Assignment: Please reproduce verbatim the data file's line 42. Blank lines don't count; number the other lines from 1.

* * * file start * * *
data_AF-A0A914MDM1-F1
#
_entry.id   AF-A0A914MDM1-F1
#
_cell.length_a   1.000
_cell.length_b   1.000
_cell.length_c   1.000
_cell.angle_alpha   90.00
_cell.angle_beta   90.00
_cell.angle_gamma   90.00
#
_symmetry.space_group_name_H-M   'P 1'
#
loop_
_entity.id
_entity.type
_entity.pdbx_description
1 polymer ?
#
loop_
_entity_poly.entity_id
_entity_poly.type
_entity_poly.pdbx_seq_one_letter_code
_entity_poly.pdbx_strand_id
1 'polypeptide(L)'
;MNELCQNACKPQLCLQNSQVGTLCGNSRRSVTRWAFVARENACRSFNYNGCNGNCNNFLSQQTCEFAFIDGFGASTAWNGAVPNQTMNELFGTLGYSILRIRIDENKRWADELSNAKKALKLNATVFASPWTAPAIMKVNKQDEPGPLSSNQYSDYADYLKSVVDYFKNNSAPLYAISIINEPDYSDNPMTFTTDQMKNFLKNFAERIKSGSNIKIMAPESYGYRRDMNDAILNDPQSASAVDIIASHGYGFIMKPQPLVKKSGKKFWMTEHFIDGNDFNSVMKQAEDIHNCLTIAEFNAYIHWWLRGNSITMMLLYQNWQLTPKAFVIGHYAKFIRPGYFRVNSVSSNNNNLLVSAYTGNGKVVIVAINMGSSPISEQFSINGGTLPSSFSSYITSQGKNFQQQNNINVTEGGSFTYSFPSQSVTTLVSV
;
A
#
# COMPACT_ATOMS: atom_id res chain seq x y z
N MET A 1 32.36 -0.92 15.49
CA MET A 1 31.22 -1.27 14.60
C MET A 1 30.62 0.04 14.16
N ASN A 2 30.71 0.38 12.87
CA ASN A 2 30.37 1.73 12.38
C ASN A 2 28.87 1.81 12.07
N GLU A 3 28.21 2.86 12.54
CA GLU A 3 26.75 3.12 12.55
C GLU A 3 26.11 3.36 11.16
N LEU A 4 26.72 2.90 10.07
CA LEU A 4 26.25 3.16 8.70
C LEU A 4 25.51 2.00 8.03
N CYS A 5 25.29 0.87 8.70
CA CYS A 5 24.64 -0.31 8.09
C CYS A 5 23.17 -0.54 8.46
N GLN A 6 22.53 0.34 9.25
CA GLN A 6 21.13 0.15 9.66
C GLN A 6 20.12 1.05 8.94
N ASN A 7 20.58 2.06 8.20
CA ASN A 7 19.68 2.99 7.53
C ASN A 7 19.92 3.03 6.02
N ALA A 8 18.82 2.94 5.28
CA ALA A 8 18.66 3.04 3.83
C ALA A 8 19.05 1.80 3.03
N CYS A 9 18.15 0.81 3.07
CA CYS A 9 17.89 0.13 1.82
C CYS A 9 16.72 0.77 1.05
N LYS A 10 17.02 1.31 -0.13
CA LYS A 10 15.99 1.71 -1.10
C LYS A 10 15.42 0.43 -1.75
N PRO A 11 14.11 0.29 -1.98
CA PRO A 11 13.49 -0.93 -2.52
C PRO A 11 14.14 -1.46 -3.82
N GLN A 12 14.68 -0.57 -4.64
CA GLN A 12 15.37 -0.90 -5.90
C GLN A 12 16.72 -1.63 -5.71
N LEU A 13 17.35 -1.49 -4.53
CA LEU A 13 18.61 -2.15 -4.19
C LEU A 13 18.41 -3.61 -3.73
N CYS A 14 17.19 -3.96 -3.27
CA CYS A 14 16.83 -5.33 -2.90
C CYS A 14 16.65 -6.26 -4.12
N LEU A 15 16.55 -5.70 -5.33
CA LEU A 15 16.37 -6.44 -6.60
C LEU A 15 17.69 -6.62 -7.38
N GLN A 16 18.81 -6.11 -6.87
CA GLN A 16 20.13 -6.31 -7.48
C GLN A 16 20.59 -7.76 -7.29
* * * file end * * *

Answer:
C LEU A 4 25.51 2.00 8.03